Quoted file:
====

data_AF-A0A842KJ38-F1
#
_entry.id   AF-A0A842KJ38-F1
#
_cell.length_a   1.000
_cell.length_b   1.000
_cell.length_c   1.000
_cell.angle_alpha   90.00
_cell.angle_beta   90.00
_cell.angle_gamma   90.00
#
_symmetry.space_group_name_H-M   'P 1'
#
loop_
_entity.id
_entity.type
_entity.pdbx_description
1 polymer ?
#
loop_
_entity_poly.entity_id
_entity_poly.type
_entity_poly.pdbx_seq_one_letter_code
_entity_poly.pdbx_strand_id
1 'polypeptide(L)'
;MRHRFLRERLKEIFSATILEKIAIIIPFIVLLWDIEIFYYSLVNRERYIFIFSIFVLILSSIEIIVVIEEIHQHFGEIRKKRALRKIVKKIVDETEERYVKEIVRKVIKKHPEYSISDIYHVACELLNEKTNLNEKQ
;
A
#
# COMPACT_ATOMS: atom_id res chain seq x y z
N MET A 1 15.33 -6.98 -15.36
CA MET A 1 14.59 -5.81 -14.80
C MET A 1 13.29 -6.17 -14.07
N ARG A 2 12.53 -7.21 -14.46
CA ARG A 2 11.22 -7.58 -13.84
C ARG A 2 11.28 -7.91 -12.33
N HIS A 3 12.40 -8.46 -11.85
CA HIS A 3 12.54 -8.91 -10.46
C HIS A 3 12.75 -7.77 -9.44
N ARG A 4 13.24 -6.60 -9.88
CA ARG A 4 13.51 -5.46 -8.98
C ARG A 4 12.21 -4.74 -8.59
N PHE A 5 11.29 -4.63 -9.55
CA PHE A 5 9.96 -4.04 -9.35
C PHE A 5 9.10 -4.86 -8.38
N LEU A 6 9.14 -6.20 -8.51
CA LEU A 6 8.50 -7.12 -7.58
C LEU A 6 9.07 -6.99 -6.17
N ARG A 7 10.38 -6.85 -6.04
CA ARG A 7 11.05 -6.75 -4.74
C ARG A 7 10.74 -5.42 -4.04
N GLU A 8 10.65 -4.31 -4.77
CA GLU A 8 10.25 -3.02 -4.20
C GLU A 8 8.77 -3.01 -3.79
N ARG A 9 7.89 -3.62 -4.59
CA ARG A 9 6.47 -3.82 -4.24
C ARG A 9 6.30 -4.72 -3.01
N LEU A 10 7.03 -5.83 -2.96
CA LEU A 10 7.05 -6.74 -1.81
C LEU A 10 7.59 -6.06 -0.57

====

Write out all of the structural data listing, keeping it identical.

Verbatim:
data_AF-A0A842KJ38-F1
#
_entry.id   AF-A0A842KJ38-F1
#
_cell.length_a   1.000
_cell.length_b   1.000
_cell.length_c   1.000
_cell.angle_alpha   90.00
_cell.angle_beta   90.00
_cell.angle_gamma   90.00
#
_symmetry.space_group_name_H-M   'P 1'
#
loop_
_entity.id
_entity.type
_entity.pdbx_description
1 polymer ?
#
loop_
_entity_poly.entity_id
_entity_poly.type
_entity_poly.pdbx_seq_one_letter_code
_entity_poly.pdbx_strand_id
1 'polypeptide(L)'
;MRHRFLRERLKEIFSATILEKIAIIIPFIVLLWDIEIFYYSLVNRERYIFIFSIFVLILSSIEIIVVIEEIHQHFGEIRKKRALRKIVKKIVDETEERYVKEIVRKVIKKHPEYSISDIYHVACELLNEKTNLNEKQ
;
A
#
# COMPACT_ATOMS: atom_id res chain seq x y z
N MET A 1 15.33 -6.98 -15.36
CA MET A 1 14.59 -5.81 -14.80
C MET A 1 13.29 -6.17 -14.07
N ARG A 2 12.53 -7.21 -14.46
CA ARG A 2 11.22 -7.58 -13.84
C ARG A 2 11.28 -7.91 -12.33
N HIS A 3 12.40 -8.46 -11.85
CA HIS A 3 12.54 -8.91 -10.46
C HIS A 3 12.75 -7.77 -9.44
N ARG A 4 13.24 -6.60 -9.88
CA ARG A 4 13.51 -5.46 -8.98
C ARG A 4 12.21 -4.74 -8.59
N PHE A 5 11.29 -4.63 -9.55
CA PHE A 5 9.96 -4.04 -9.35
C PHE A 5 9.10 -4.86 -8.38
N LEU A 6 9.14 -6.20 -8.51
CA LEU A 6 8.50 -7.12 -7.58
C LEU A 6 9.07 -6.99 -6.17
N ARG A 7 10.38 -6.85 -6.04
CA ARG A 7 11.05 -6.75 -4.74
C ARG A 7 10.74 -5.42 -4.04
N GLU A 8 10.65 -4.31 -4.77
CA GLU A 8 10.25 -3.02 -4.20
C GLU A 8 8.77 -3.01 -3.79
N ARG A 9 7.89 -3.62 -4.59
CA ARG A 9 6.47 -3.82 -4.24
C ARG A 9 6.30 -4.72 -3.01
N LEU A 10 7.03 -5.83 -2.96
CA LEU A 10 7.05 -6.74 -1.81
C LEU A 10 7.59 -6.06 -0.57